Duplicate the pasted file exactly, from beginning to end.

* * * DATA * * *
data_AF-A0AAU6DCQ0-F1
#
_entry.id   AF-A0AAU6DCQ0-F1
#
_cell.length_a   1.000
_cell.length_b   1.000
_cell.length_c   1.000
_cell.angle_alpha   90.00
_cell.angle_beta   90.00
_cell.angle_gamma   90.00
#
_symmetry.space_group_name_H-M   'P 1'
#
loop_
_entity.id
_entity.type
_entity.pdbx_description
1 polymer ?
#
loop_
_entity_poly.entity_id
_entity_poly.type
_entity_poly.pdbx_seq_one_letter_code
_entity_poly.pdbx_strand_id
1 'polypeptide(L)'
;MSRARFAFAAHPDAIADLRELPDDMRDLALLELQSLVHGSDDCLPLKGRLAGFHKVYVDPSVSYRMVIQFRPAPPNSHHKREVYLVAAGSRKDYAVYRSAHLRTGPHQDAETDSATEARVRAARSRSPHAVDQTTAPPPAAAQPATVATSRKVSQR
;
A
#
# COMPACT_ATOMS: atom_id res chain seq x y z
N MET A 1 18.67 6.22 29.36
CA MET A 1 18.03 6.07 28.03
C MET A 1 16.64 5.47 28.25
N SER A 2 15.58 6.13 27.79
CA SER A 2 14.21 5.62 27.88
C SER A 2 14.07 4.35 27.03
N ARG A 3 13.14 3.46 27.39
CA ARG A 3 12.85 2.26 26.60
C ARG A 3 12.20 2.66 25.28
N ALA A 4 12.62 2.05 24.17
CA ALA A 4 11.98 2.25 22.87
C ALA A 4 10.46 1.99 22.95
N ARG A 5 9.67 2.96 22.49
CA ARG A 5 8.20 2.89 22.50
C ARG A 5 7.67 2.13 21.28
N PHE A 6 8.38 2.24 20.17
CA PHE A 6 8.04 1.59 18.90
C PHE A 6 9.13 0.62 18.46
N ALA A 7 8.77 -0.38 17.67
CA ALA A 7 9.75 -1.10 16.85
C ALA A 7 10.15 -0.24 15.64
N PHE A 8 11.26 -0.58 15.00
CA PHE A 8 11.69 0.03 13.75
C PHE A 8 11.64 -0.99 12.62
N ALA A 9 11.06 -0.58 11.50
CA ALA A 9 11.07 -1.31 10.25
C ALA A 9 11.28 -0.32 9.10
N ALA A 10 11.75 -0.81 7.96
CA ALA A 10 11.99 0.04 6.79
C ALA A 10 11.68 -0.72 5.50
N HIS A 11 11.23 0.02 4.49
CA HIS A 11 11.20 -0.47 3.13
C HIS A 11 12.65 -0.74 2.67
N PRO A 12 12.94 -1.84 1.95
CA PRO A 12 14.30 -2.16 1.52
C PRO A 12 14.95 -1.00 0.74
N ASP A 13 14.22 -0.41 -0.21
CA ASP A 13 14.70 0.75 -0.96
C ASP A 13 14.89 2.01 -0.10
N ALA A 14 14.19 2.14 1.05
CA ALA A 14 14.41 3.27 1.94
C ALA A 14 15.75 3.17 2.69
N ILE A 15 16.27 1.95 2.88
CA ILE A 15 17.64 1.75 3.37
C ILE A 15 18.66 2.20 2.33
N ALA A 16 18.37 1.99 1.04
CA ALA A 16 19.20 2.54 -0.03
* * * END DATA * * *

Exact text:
data_AF-A0AAU6DCQ0-F1
#
_entry.id   AF-A0AAU6DCQ0-F1
#
_cell.length_a   1.000
_cell.length_b   1.000
_cell.length_c   1.000
_cell.angle_alpha   90.00
_cell.angle_beta   90.00
_cell.angle_gamma   90.00
#
_symmetry.space_group_name_H-M   'P 1'
#
loop_
_entity.id
_entity.type
_entity.pdbx_description
1 polymer ?
#
loop_
_entity_poly.entity_id
_entity_poly.type
_entity_poly.pdbx_seq_one_letter_code
_entity_poly.pdbx_strand_id
1 'polypeptide(L)'
;MSRARFAFAAHPDAIADLRELPDDMRDLALLELQSLVHGSDDCLPLKGRLAGFHKVYVDPSVSYRMVIQFRPAPPNSHHKREVYLVAAGSRKDYAVYRSAHLRTGPHQDAETDSATEARVRAARSRSPHAVDQTTAPPPAAAQPATVATSRKVSQR
;
A
#
# COMPACT_ATOMS: atom_id res chain seq x y z
N MET A 1 18.67 6.22 29.36
CA MET A 1 18.03 6.07 28.03
C MET A 1 16.64 5.47 28.25
N SER A 2 15.58 6.13 27.79
CA SER A 2 14.21 5.62 27.88
C SER A 2 14.07 4.35 27.03
N ARG A 3 13.14 3.46 27.39
CA ARG A 3 12.85 2.26 26.60
C ARG A 3 12.20 2.66 25.28
N ALA A 4 12.62 2.05 24.17
CA ALA A 4 11.98 2.25 22.87
C ALA A 4 10.46 1.99 22.95
N ARG A 5 9.67 2.96 22.49
CA ARG A 5 8.20 2.89 22.50
C ARG A 5 7.67 2.13 21.28
N PHE A 6 8.38 2.24 20.17
CA PHE A 6 8.04 1.59 18.90
C PHE A 6 9.13 0.62 18.46
N ALA A 7 8.77 -0.38 17.67
CA ALA A 7 9.75 -1.10 16.85
C ALA A 7 10.15 -0.24 15.64
N PHE A 8 11.26 -0.58 15.00
CA PHE A 8 11.69 0.03 13.75
C PHE A 8 11.64 -0.99 12.62
N ALA A 9 11.06 -0.58 11.50
CA ALA A 9 11.07 -1.31 10.25
C ALA A 9 11.28 -0.32 9.10
N ALA A 10 11.75 -0.81 7.96
CA ALA A 10 11.99 0.04 6.79
C ALA A 10 11.68 -0.72 5.50
N HIS A 11 11.23 0.02 4.49
CA HIS A 11 11.20 -0.47 3.13
C HIS A 11 12.65 -0.74 2.67
N PRO A 12 12.94 -1.84 1.95
CA PRO A 12 14.30 -2.16 1.52
C PRO A 12 14.95 -1.00 0.74
N ASP A 13 14.22 -0.41 -0.21
CA ASP A 13 14.70 0.75 -0.96
C ASP A 13 14.89 2.01 -0.10
N ALA A 14 14.19 2.14 1.05
CA ALA A 14 14.41 3.27 1.94
C ALA A 14 15.75 3.17 2.69
N ILE A 15 16.27 1.95 2.88
CA ILE A 15 17.64 1.75 3.37
C ILE A 15 18.66 2.20 2.33
N ALA A 16 18.37 1.99 1.04
CA ALA A 16 19.20 2.54 -0.03